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What is Prostatitis?

Prostatitis is the general name for an inflammation of the prostate gland, a walnut-sized organ located in front of the rectum and right below the bladder. The function of the prostate gland is to produce part of the seminal fluid, the solution that carries sperm.

More than one million patients visit their doctors every year for the treatment of prostatitis.

According to the National Institute for Diabetes & Digestive & Kidney Disease, prostatitis may account for up to 25 percent of all office visits by young and middle-aged men with genitourinary complaints.

Types of Prostatitis

  • Acute bacterial prostatitis: A sudden bacterial infection that causes inflammation of the prostate. Acute bacterial prostatitis is the least common type of prostatitis.
  • Chronic bacterial prostatitis: Causes repetitive urinary tract infections that come from bacterial that chronically infect the prostate gland.
  • Chronic prostatitis/chronic pelvic pain syndrome: An inflammation of the prostate and irritation of the surrounding nerves. This is the most common type of prostatitis.
  • Asymptomatic inflammatory prostatitis: An inflammation of the prostate with no symptoms.

Prostatitis Causes

Prostatitis may be acute or chronic, and may not be inflammatory. Some types of prostatitis are caused by a bacterial infection, and others are not. How the prostate becomes infected is not clearly understood.

It is possible that infected urine may flow backward from the urethra into parts of the prostate gland. Rectal bacteria may also find their way into the prostate.

Prostatitis Risk Factors

Certain conditions or medical procedures increase the risk of contracting prostatitis:

  • A medical instrument, such as a urinary catheter, inserted during a medical procedure
  • Rectal intercourse
  • An abnormal urinary tract
  • A recent bladder infection
  • An enlarged prostate gland

Symptoms of Prostatitis

Prostatitis symptoms depend on the cause and may develop slowly or suddenly. Symptoms may include:

  • Blood in urine
  • Cloudy urine
  • Difficulty urinating
  • Flu-like symptoms (acute bacterial prostatitis)
  • Frequent urination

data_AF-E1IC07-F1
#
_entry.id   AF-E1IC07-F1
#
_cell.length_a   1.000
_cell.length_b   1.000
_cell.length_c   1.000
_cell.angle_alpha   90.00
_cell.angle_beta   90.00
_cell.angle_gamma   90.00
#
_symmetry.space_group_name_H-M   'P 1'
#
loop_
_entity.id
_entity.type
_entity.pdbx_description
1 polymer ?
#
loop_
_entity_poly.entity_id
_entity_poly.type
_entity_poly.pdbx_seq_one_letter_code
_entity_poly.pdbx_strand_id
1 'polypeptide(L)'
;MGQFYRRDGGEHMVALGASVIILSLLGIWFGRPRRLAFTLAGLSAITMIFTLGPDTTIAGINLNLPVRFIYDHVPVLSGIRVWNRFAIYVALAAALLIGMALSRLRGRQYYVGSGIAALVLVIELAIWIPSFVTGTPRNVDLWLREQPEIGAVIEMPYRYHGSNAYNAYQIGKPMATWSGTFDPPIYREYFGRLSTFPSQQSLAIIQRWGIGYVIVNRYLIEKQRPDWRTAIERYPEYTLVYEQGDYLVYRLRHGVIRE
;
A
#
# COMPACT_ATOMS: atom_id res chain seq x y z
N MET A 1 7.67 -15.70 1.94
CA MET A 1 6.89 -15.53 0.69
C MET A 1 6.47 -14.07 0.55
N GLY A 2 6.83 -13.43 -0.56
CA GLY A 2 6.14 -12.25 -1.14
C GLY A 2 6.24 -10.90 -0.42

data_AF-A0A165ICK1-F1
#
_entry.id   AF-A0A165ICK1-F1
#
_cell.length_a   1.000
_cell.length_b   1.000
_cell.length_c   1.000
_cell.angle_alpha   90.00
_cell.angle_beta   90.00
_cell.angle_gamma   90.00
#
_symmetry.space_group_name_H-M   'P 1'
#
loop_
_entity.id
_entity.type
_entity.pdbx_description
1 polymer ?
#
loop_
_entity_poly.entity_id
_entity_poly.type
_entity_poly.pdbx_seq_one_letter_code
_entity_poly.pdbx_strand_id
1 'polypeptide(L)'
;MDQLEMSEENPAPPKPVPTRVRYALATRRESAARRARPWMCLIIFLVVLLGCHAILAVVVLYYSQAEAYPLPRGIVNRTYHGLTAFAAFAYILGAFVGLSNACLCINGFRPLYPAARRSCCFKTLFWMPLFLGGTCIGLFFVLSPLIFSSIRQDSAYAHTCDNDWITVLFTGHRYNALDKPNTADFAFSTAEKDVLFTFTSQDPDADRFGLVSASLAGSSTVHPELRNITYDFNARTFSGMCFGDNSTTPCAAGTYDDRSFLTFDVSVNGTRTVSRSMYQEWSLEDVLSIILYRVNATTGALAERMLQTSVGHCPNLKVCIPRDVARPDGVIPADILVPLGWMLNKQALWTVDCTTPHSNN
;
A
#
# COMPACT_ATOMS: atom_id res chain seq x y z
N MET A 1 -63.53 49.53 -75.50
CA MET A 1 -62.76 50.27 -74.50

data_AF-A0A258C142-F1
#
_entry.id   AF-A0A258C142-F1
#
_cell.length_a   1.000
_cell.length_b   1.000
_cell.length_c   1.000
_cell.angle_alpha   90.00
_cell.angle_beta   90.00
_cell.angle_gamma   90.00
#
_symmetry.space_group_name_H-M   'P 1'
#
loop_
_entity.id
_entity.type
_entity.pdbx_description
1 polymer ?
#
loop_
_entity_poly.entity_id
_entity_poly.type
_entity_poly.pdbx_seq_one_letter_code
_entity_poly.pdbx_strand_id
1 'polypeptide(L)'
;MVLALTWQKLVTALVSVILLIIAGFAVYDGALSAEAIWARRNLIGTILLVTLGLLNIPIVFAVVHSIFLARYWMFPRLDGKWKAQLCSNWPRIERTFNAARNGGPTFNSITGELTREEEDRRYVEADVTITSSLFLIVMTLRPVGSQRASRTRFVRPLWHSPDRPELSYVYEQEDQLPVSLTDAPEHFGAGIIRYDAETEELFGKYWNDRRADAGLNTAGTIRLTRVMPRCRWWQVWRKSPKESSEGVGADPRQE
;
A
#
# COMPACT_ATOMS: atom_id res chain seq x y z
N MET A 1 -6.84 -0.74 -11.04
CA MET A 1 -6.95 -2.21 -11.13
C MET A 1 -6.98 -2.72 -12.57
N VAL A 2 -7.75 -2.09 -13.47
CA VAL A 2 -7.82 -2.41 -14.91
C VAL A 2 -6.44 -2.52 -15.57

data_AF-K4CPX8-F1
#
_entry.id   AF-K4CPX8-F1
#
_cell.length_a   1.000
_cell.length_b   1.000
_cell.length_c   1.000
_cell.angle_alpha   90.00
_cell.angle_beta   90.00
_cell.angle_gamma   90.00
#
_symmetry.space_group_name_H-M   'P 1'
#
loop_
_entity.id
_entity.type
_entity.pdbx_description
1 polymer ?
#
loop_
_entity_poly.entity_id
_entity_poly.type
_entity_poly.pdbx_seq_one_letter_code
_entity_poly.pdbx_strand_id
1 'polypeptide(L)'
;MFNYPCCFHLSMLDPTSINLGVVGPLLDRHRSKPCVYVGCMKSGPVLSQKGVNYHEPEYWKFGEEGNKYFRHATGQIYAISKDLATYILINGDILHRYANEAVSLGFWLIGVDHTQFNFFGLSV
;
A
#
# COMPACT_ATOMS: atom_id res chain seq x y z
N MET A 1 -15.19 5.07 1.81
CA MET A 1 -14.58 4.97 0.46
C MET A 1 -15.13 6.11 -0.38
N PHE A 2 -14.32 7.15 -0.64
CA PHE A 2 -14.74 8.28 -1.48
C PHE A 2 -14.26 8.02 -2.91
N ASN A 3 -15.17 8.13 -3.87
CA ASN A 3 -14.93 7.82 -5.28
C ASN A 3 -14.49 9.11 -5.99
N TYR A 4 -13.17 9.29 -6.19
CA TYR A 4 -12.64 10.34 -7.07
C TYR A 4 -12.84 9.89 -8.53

• Painful urination
  • Painful ejaculation
  • Pain in the penis, testicles, scrotum, or perineum (the area between the scrotum and anus)
  • Pain in the abdomen, groin, or lower back
  • Urgent urination

Men who experience symptoms that are sudden and severe, and include chills and fever, should seek medical help immediately.

Diagnosing Prostatitis

The doctor will ask the patient about symptoms and medical history, and perform a physical exam. Diagnosis of prostatitis is usually based on the symptoms and digital rectal exam.

Tests may include:

  • Physical exam/digital rectal exam: In this test, the doctor places a gloved finger into the rectum to feel the back wall of the prostate. In prostatitis, the prostate is usually tender and soft. Your doctor may also complete an analysis of urine and prostate fluid expressed after the exam.
  • Urine tests: Your doctor may have a sample of your urine analyzed, or sent to a lab, to check for infection.
  • Bladder function tests: This will help determine the function of the bladder.
  • Blood tests: Your doctor may examine samples of your blood for signs of infection.
  • Imaging tests: Your doctor might order a CT scan of your urinary tract and prostate or a sonogram of your prostate.

Prostatitis Treatment

Treatment for bacterial prostatitis is different from treatment for nonbacterial prostatitis, so it is very important to get the correct diagnosis. It is also important to make sure that the symptoms are not being caused by a different urologic condition.

The most common treatment for prostatitis are antibiotics and/or anti-inflammatory drugs. Other forms of treatment may include more aggressive surgical treatments if necessary.

For patient referral or consultations, contact the Department of Urology at 412-692-4100.